The technical competence of registered nurses in the administration of oral medications.

D. D. Ignatavicius, P. A. Naumann

Research output: Contribution to journalArticlepeer-review

3 Scopus citations


An individual who desires to become a registered nurse (RN) may choose from three types of education: associate degree, diploma, and baccalaureate degree programs. The dilemma of this decision is heightened by the strong disagreement within the nursing profession regarding which of the three modes best prepares a nurse to become a competent practitioner. The purpose of this study was to examine variables which might explain variance in the technical competence of RNs as evidenced by skill in administering oral medications. Six variables were investigated as possible predictors of the variance in oral medication administration procedure, i.e., basic nursing education, drug knowledge, age, previous RN experience, previous nursing experience, and highest nursing education completed. Sixty volunteer RNs in a Baltimore community hospital (252 beds) were observed twice each as they administered two oral medications to a patient. A Technical Competence Tool (TCT) was used to record performance of the 16 critical behaviors deemed essential for safe and accurate drug administration. The total scores from observation one and two were summed to obtain a total competence score. Each nurse also completed a 14-item Drug Knowledge Profile (DKP) and Demographic Data Sheet (DDS). Although there was a wide range of total competence scores, only three percent of the variance was explained by the six predictor variables. It was concluded that the selected variables were not significant predictors of the technical competence of RNs in the administration of oral medications.(ABSTRACT TRUNCATED AT 250 WORDS)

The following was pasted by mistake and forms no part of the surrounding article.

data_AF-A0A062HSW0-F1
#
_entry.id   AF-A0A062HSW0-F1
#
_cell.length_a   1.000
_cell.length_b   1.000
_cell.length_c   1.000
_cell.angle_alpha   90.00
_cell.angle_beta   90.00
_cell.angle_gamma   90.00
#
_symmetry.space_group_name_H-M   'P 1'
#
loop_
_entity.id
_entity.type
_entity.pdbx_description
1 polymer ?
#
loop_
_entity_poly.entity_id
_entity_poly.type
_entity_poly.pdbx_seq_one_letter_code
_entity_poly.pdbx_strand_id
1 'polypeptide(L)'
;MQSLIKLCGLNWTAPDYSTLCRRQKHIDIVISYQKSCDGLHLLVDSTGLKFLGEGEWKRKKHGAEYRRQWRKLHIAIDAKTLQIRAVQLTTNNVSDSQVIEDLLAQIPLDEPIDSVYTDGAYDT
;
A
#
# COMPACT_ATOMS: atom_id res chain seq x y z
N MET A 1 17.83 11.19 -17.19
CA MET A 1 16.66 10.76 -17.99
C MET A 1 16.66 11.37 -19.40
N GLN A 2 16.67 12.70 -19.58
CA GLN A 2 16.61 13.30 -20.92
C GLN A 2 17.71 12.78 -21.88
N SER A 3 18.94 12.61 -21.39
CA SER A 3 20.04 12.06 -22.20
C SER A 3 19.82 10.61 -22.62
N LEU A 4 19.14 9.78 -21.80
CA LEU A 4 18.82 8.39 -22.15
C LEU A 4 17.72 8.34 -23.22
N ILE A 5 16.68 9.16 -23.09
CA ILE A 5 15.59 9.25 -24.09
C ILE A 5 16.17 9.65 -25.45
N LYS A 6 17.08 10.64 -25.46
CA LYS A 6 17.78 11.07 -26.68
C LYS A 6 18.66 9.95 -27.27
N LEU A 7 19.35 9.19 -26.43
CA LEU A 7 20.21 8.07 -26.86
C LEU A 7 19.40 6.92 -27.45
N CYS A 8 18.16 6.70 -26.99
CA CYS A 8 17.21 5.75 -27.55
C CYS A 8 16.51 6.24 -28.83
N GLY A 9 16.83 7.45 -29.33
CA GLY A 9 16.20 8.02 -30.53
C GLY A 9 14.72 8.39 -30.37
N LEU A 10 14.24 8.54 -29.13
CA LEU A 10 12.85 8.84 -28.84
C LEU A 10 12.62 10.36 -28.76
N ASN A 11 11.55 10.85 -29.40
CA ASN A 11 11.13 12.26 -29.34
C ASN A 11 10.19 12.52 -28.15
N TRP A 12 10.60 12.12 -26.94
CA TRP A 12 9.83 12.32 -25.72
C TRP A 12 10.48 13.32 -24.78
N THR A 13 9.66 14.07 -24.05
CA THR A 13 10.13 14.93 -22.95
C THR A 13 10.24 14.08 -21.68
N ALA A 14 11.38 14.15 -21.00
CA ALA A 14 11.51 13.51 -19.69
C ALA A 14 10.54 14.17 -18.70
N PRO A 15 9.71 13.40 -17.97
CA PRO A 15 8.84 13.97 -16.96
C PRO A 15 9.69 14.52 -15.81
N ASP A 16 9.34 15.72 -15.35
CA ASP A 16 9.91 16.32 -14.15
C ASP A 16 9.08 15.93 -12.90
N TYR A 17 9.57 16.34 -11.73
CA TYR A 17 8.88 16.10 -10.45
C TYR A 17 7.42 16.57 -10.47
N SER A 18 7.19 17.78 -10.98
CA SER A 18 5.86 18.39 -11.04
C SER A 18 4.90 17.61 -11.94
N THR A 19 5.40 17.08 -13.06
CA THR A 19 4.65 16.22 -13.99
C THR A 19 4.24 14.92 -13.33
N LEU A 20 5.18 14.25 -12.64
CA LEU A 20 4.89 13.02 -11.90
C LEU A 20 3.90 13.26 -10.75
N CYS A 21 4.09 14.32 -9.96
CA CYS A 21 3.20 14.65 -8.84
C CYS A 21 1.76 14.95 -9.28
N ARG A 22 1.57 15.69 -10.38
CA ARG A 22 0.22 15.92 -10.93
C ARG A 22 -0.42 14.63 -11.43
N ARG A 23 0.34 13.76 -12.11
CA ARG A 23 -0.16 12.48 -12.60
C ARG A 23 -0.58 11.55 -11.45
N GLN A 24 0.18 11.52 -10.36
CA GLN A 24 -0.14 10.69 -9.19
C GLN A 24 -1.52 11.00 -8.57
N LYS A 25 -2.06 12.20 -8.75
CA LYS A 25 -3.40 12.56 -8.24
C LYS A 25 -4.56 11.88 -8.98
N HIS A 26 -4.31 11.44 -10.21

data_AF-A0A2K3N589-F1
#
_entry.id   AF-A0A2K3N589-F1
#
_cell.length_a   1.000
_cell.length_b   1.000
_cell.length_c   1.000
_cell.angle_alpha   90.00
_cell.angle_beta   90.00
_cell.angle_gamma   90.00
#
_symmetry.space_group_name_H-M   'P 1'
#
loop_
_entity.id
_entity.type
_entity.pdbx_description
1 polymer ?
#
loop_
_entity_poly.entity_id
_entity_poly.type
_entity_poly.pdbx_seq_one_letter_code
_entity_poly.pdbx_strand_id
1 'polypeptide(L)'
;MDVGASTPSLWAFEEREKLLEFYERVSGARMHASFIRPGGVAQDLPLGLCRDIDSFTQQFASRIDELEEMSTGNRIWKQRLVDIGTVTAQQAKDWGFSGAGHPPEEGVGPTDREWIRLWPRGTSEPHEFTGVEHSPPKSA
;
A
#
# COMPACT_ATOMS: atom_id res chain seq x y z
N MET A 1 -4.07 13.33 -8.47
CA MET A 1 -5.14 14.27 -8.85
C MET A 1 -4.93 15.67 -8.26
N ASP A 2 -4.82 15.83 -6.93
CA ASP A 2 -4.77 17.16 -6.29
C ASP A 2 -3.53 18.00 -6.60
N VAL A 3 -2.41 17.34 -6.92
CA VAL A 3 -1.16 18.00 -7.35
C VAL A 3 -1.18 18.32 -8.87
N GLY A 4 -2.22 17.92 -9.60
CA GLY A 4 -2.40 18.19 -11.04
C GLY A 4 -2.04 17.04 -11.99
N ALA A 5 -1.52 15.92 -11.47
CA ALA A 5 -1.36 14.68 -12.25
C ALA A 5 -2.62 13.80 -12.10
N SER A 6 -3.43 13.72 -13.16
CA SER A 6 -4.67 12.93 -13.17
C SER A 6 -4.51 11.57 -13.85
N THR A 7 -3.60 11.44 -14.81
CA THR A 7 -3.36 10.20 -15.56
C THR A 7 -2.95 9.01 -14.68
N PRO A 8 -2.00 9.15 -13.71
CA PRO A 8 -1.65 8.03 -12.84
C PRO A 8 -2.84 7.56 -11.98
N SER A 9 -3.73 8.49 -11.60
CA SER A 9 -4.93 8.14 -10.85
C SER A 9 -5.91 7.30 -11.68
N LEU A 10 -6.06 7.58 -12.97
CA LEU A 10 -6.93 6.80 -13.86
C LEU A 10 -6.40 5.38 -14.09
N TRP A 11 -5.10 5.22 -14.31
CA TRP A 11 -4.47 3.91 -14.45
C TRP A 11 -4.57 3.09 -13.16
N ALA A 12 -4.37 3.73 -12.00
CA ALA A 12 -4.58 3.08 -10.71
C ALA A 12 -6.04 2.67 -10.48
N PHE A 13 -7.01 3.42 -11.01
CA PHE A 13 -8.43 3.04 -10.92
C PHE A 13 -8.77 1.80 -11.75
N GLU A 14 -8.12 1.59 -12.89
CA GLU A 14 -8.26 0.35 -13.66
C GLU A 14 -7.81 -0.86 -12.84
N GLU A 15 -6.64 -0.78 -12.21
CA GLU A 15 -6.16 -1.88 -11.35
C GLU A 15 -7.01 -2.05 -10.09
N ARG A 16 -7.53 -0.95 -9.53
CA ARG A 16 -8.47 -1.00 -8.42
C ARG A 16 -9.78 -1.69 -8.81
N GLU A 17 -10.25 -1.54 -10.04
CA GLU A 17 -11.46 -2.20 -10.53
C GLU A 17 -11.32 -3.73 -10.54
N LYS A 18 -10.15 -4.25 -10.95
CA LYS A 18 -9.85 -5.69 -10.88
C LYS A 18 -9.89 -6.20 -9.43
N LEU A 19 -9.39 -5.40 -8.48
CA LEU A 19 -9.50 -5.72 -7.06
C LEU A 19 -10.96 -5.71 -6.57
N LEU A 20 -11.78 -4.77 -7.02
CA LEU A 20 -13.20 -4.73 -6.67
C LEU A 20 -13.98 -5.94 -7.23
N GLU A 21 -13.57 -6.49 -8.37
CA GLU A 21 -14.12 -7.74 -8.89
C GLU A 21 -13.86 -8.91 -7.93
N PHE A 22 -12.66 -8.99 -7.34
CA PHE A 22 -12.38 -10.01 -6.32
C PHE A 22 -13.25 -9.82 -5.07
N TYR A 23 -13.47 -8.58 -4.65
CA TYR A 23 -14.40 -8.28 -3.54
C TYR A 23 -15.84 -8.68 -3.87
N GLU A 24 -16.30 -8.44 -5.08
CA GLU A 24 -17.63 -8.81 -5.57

Original languageEnglish (US)
Pages (from-to)332-337
Number of pages6
JournalThe Journal of nursing education
Issue number8
StatePublished - Oct 1 1984

ASJC Scopus subject areas

  • Nursing(all)
  • Education


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